Bike Thefts Are Up 27% in Pandemic N.Y.C.: ‘Sleep With It Next to You’

One of the more unexpected side effects of the pandemic has been a surge in cycling, fueled by people avoiding trains and buses and seeking a way to stay in shape. That triggered an extreme shortage of bicycles. Then came the thieves.

Bikes are being plundered from sidewalks, garages and apartment building basements in rising numbers in New York and across the country. Similar spikes in thefts have also been recorded abroad, including in Britain and France.

No one, it seems, is immune.

A father recently posted a sign on a Brooklyn street to publicly shame the thief who stole the bike his 10-year-old son got for his birthday. A bike along with the railing it was locked to were stolen from a Brooklyn apartment building. In the Bronx, a 15-year-old boy riding a bike was attacked by eight men who stole his cycle.

“When you buy a bike you just hope that you hold onto it for as long as you can,” said Jacob Priley, 29, explaining how he had two bikes stolen, one after the other.

The first was at a protest against police brutality in Brooklyn where he said he was arrested after being out past a curfew and left his bike on the street. He replaced it with an electric mountain bike costing about $800. That one was stolen, too, after he left it overnight in the street, albeit locked.

While locks are obviously a good idea, many are no match for the electric saws that thieves commonly use.

“Every lock — you can break it,’’ said Sty Gonzalez, who works at Trek Bicycle shop in Manhattan. “The stronger ones just buy you more time.”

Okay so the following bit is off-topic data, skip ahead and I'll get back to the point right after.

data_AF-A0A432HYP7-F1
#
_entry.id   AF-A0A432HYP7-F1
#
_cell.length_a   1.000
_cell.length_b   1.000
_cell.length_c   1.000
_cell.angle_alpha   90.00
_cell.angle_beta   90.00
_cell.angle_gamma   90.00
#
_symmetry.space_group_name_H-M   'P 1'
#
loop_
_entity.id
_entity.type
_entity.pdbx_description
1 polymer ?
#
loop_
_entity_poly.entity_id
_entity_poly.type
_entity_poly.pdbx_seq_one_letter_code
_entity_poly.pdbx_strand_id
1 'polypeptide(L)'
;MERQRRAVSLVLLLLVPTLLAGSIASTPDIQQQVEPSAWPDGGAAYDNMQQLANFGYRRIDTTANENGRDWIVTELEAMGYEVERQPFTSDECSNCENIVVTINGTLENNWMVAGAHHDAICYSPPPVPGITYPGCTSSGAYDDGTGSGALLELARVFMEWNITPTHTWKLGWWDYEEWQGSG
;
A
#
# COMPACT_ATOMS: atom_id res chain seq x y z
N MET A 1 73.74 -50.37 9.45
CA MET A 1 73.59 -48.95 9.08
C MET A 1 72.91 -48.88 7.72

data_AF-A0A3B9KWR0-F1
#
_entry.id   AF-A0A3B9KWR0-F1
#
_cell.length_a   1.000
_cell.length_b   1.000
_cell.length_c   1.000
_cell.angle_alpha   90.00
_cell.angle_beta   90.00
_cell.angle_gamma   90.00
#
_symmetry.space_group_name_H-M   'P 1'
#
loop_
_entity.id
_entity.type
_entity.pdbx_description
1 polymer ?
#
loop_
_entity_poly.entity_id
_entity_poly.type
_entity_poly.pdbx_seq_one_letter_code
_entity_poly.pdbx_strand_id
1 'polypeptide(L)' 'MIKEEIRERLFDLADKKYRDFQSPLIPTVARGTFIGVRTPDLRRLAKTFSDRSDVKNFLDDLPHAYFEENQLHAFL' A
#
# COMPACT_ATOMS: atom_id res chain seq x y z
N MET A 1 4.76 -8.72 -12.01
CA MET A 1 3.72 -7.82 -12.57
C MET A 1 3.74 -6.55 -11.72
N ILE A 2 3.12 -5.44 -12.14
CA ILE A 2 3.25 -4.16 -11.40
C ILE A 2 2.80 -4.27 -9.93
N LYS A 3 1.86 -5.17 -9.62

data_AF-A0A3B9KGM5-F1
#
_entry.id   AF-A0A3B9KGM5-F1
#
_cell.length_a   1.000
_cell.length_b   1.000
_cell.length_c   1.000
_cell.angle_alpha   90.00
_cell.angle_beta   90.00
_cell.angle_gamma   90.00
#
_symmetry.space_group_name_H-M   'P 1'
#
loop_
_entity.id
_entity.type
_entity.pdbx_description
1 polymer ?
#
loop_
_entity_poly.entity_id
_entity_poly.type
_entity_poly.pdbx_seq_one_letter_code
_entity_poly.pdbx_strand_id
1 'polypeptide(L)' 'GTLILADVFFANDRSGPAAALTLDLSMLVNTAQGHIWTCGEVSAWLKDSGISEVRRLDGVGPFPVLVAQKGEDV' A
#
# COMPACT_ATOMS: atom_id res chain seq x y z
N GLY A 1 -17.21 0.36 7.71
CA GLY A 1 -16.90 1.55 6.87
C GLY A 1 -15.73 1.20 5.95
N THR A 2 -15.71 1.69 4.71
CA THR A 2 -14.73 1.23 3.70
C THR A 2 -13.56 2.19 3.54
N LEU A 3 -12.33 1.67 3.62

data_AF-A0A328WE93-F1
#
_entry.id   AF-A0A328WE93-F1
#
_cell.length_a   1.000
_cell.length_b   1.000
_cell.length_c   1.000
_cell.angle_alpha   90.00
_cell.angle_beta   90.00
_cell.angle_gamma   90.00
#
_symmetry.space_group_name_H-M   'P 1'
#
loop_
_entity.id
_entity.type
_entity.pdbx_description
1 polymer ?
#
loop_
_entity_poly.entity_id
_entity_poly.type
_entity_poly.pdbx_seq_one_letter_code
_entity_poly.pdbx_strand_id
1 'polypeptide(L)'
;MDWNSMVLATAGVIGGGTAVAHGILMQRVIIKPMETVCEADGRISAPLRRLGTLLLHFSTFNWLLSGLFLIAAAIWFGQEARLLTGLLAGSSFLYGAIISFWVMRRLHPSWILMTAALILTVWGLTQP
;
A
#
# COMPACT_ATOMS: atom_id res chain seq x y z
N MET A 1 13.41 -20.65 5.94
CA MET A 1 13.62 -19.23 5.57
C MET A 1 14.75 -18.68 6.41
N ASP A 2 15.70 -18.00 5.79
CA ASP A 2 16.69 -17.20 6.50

Before the pandemic, Joe Nocella, who owns 718 Cyclery in Brooklyn, used to hear about someone getting their bike stolen maybe once a week. Now it’s every day.

“If they leave their bikes out, they have to be emotionally and financially prepared for it to not be there the next day,” Mr. Nocella said. “The best thing is to keep it with you everywhere you go. Sleep with it next to you.”

The number of bicycles, including those with electric motors, reported stolen in New York from March through Sept. 21 was 4,477, an increase of 27 percent from the 3,507 reported stolen during the same period last year, according to the police.

Those figures are likely an undercount since only one in five bike thefts are reported to the police, according to 529 Garage, a bike registry service. About 1.7 million bikes are stolen every year in the United States, about one every 30 seconds, according to the group.

Bike Index, another national bike registry group, said that between April and September, the number of bikes reported stolen to the service totaled 10,059, compared with 5,998 during the same period last year, a rise of 68 percent.

Bike theft is nothing new, but the latest surge seems to be driven, at least in part, by the shortage caused by a disruption to global supply chains during the outbreak.

Between April and July, sales of bicycles in the United States rose 81 percent compared with the same period last year, according to the NPD Group, a market research company.

“We tend to have seasons like ‘garage break-in season,’ or ‘theft-from-the-street season,’ but now it’s all seasons at once,” said Bryan Hance, a co-founder of Bike Index.

The handling of bike theft differs among police forces, so it can be hard to get a precise handle on the scope of the problem in different cities. Several police departments were unable to provide data. Some agencies will not accept theft reports without a serial number, which not every owner records.

The police force in Portland, Ore., is one of the few agencies in the country to have a dedicated bike theft unit. It reported an 18 percent increase in stolen cycles between January and August compared with the same period last year.